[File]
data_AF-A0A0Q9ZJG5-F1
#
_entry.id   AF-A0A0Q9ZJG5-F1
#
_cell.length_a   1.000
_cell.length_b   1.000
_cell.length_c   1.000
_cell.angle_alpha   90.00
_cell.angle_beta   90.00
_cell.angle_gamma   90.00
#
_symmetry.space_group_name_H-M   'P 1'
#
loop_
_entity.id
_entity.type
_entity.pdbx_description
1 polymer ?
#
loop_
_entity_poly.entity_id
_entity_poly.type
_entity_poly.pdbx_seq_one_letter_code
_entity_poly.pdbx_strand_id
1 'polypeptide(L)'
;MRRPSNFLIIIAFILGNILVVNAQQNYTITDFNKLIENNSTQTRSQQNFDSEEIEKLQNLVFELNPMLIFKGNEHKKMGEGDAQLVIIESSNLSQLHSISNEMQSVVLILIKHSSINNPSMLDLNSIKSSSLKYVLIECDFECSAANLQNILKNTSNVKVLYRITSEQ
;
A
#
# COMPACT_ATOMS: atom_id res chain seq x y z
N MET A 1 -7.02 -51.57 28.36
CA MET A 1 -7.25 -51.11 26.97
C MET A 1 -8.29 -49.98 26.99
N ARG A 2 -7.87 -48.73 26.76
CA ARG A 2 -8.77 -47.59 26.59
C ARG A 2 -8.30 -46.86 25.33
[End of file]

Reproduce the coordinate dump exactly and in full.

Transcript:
data_AF-A0A0Q9ZJG5-F1
#
_entry.id   AF-A0A0Q9ZJG5-F1
#
_cell.length_a   1.000
_cell.length_b   1.000
_cell.length_c   1.000
_cell.angle_alpha   90.00
_cell.angle_beta   90.00
_cell.angle_gamma   90.00
#
_symmetry.space_group_name_H-M   'P 1'
#
loop_
_entity.id
_entity.type
_entity.pdbx_description
1 polymer ?
#
loop_
_entity_poly.entity_id
_entity_poly.type
_entity_poly.pdbx_seq_one_letter_code
_entity_poly.pdbx_strand_id
1 'polypeptide(L)'
;MRRPSNFLIIIAFILGNILVVNAQQNYTITDFNKLIENNSTQTRSQQNFDSEEIEKLQNLVFELNPMLIFKGNEHKKMGEGDAQLVIIESSNLSQLHSISNEMQSVVLILIKHSSINNPSMLDLNSIKSSSLKYVLIECDFECSAANLQNILKNTSNVKVLYRITSEQ
;
A
#
# COMPACT_ATOMS: atom_id res chain seq x y z
N MET A 1 -7.02 -51.57 28.36
CA MET A 1 -7.25 -51.11 26.97
C MET A 1 -8.29 -49.98 26.99
N ARG A 2 -7.87 -48.73 26.76
CA ARG A 2 -8.77 -47.59 26.59
C ARG A 2 -8.30 -46.86 25.33